Grambling State football coach Hue Jackson defended his hiring of new offensive coordinator Art Briles on Monday, after the school received criticism for the move because of campus-wide sexual assault allegations that led to an independent investigation and Briles' firing at Baylor in 2016.
In a statement that was released on the letterhead of Jackson's foundation on Feb. 25, Jackson wrote that the recent hiring of Briles was a testament to forgiveness, redemption and enlightenment.
"The Hue Jackson Foundation has been dedicated to fighting against ALL forms of sexual abuse and exploitation as well as other forms of racial and social bias," Jackson wrote. "We have a clear understanding of the role that coaches and others who have a position of trust play in the lives of those they meet.
"We also know and understand the process of identifying risks, helping others to heal, and the importance of prevention. We believe that through the hiring of Coach Briles and the well-developed programs we have in place, this hire will be instrumental in teaching others the importance of knowing how to prevent victimization, proper reporting procedures, provide adequate resources to individuals who have been victimized and develop strong law enforcement partnerships within the community."
Briles, 66, had been out of college coaching since May 2016, when Baylor officials suspended him with intent to terminate for his role after sexual assault allegations were made against students, including football players. He later reached an undisclosed financial settlement with Baylor, where he coached from 2008 to 2015, posting a 65-37 record and winning a share of back-to-back Big 12 titles in 2013 and 2014.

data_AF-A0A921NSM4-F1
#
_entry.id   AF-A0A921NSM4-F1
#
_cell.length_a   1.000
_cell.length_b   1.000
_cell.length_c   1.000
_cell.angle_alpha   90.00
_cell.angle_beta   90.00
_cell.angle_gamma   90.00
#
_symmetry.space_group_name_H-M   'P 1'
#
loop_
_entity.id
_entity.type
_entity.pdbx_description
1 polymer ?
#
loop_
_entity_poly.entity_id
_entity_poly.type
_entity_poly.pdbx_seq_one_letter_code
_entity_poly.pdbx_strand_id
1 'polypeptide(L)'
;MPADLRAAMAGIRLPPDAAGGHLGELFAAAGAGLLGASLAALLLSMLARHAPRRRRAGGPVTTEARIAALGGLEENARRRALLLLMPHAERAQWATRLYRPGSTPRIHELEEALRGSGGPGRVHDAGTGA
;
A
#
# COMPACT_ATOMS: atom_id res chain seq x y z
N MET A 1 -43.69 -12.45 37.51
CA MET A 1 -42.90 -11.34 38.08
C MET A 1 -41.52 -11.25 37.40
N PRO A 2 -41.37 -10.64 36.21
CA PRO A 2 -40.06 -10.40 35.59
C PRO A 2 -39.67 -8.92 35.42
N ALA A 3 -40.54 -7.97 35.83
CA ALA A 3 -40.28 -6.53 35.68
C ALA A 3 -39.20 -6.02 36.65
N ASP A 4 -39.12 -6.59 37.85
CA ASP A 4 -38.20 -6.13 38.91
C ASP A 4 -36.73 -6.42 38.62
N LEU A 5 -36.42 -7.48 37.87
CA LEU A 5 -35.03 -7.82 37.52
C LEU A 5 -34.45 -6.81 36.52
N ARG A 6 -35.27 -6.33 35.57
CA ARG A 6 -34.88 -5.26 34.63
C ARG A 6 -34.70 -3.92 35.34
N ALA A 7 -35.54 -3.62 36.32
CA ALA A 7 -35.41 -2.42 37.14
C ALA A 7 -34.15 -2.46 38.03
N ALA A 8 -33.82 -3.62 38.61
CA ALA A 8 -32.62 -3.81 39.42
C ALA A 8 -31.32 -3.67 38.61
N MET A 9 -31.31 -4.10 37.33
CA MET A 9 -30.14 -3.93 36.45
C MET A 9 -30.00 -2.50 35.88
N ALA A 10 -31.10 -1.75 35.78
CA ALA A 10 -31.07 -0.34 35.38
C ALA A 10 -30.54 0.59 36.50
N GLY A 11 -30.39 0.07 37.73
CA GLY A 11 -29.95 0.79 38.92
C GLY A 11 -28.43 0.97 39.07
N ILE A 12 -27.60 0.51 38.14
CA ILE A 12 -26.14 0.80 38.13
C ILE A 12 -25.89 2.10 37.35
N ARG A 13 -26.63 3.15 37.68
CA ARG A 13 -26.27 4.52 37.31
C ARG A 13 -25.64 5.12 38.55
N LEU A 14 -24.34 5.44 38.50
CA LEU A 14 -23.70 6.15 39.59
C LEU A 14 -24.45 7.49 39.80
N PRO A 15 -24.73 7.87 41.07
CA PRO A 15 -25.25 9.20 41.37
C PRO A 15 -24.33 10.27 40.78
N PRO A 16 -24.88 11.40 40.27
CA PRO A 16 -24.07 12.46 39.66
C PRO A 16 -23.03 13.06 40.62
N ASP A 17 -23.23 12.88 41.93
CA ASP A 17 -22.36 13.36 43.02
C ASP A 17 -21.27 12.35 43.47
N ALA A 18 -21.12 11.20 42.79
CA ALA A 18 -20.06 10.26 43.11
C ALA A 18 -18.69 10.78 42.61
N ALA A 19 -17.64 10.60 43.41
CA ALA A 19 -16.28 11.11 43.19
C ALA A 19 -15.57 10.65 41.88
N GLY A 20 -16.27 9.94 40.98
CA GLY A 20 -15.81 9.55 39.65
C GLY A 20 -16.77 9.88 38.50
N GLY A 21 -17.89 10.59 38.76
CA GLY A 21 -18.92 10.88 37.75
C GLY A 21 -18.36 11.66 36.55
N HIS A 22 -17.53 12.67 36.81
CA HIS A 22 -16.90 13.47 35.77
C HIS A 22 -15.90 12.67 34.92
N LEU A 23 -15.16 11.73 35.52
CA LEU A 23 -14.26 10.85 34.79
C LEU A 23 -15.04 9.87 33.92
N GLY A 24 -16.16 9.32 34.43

In an interview with KTAL-TV in Shreveport, Louisiana, on Thursday, Briles was asked what he plans to do differently at Grambling State.
"I'll do exactly what I'm required to do and what they expect of me, which is to be a very solid citizen, to be a positive leader on a day-in and day-out basis, to do everything I can do to protect our students and our student-athletes on campus and to represent the Grambling University to the best of my ability because I'm very humble and grateful to be at this university," he said.
Former Tigers quarterback and coach Doug Williams and others have criticized Briles' hiring.
"It certainly put me in a tough situation being a supporter of Grambling football," Williams told ESPN's John Keim. "I don't know Art Briles, but it doesn't sit well with me."
Jackson, former coach of the Cleveland Browns, was hired as Grambling State's coach in December.
"As we move forward together with Coach Briles, we ask that people keep in mind that no matter your views on this topic, please remember that people can and often do become re-traumatized and re-victimized by statements which may or may not be accurate," Jackson's statement said. "We will continue to support Coach Briles and all victims of assault, violence, social and racial injustices and we will continue to provide equal opportunity for healing for everyone."
Jackson's foundation reported that it received $158,672 in 2019, the most recent year in which tax filings are available. According to tax documents, nearly 75% of that money was spent on the salary of the foundation's executive director -- it's only paid employee. The foundation spent another $15,000 on travel expenses. It paid $4,038 (roughly 2.5%) in grants and contributions to other organizations.
The foundation's website says its mission is to fight human trafficking through "awareness, education and prevention" while assisting survivors. The most recent annual report about the foundation's work on the website is from 2018. The report says the foundation donated $250,000 to open a shelter for survivors of human trafficking at a Salvation Army location in Cleveland. While none of the payments appear on the foundation's tax forms, a representative from the Salvation Army confirmed that they received the full promised amount in $50,000 installments over the last five years.
Information from ESPN's Dan Murphy was used in this report